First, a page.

A constitutional amendment allowing foreigners to own up to 30% of media companies has passed the Senate on first reading by 62 votes to six, with four abstentions. The second reading will take place after five sessions, which should mean Thursday, May 16, if the Senate sticks to its usual practice of holding sessions on every weekday.
Dozens of senators from all parties spoke in the debate on the floor of the house. The Democratic Labor Party (PDT), which has consistently opposed the measure, called for rejection but other opposition parties supported it, led by the Workers Party (PT). During the debate Sen. Ramez Tebet (PMDB, Mato Grosso), president of Congress, promised to make sure that the Social Communication Council is installed before the amendment is given its second reading. The opposition parties (with the PDT objecting) demanded installation of the Council, created by law many years ago, as a condition for passing the amendment.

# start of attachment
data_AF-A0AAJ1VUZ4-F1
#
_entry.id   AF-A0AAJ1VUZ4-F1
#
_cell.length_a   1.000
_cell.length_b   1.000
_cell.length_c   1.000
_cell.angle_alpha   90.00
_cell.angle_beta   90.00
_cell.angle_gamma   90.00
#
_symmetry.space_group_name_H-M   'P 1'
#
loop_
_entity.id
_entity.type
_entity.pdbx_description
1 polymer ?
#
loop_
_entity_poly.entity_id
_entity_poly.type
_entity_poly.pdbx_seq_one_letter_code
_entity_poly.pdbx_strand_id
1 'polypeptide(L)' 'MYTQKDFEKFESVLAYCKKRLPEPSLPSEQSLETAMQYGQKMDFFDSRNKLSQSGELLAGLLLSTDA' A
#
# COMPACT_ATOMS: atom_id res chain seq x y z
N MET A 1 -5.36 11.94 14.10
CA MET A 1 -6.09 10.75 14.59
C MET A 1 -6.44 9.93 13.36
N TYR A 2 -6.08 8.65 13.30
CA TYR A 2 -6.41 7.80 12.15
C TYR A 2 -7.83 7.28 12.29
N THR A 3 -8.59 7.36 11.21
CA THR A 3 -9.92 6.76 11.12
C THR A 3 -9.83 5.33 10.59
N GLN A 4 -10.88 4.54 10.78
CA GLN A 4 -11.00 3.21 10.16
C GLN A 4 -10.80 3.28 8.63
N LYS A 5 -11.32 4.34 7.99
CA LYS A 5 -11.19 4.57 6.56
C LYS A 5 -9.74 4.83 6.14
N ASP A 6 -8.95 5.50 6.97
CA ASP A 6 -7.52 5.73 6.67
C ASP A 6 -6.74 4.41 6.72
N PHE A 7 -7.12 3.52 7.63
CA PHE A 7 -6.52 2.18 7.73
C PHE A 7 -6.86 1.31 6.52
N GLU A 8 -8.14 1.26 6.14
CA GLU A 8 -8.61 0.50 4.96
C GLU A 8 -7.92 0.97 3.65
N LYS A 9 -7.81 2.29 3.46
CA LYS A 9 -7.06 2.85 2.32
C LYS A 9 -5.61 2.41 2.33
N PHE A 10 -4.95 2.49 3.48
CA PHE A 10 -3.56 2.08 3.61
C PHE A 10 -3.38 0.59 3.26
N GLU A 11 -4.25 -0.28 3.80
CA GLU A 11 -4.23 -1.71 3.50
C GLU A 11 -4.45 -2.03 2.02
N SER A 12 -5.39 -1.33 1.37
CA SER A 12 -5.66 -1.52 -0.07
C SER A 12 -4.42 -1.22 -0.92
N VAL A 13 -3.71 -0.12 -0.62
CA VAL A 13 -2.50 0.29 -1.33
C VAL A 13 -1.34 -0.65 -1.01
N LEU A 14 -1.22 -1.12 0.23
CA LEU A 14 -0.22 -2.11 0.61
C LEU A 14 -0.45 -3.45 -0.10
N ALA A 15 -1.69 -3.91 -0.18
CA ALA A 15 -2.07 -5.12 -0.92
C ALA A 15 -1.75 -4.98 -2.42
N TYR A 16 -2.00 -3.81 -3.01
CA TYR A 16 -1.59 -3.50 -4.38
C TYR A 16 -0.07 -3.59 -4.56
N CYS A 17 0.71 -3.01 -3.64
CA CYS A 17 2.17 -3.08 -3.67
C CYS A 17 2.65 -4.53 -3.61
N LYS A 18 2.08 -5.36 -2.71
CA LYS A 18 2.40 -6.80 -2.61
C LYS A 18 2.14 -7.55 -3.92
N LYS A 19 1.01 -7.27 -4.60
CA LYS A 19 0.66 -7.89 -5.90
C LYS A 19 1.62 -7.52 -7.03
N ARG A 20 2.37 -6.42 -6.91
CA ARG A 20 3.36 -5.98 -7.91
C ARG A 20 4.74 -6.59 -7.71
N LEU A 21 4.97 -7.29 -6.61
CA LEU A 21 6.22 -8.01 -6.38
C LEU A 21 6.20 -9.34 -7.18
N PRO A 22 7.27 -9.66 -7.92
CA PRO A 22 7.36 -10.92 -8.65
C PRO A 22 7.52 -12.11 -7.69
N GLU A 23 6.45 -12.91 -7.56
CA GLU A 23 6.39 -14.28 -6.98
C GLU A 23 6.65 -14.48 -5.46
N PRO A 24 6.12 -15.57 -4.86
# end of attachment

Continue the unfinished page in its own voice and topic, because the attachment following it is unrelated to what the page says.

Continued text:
Sen. Artur da Távola (PSDB, Rio de Janeiro), the majority leader, spoke in favor of the bill. The entry of foreign capital into the broadcasting industry won?t be a foot in the door, he said, ?because this door, which some people want to slam shut, has already been broken down by the cultural industry, especially America?s?.
The PDT leader, Sen. Sebastião Rocha (Amapá), who spoke against the measure, and the PT leader, Sen. Eduardo Suplicy (São Paulo), called for an unwhipped vote, allowing members to follow their consciences.